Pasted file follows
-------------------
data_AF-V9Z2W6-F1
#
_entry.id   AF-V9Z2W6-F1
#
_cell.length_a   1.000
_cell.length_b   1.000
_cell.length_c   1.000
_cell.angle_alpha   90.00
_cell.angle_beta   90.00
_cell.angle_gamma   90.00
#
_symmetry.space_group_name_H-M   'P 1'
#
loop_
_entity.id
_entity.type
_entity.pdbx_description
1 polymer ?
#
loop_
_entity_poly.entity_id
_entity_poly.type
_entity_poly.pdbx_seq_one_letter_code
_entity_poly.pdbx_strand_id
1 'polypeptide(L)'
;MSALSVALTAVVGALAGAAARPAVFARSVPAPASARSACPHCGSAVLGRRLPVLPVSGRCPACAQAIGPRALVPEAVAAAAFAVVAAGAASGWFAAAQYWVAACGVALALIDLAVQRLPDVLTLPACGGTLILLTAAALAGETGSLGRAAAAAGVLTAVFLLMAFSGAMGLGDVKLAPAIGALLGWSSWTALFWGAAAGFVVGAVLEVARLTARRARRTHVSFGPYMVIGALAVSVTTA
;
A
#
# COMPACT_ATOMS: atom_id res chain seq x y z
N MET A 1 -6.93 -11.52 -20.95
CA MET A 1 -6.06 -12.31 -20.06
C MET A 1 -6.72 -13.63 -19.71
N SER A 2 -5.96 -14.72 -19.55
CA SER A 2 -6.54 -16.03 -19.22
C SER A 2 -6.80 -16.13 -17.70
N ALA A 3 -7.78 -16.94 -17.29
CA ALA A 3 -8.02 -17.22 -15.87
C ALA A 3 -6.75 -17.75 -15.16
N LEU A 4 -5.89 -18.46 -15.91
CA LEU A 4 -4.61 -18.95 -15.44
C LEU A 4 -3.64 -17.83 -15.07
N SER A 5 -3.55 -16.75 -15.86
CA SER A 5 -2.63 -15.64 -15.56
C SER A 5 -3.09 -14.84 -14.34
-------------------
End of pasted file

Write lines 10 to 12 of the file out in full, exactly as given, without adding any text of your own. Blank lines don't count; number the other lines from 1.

_cell.angle_gamma   90.00
#
_symmetry.space_group_name_H-M   'P 1'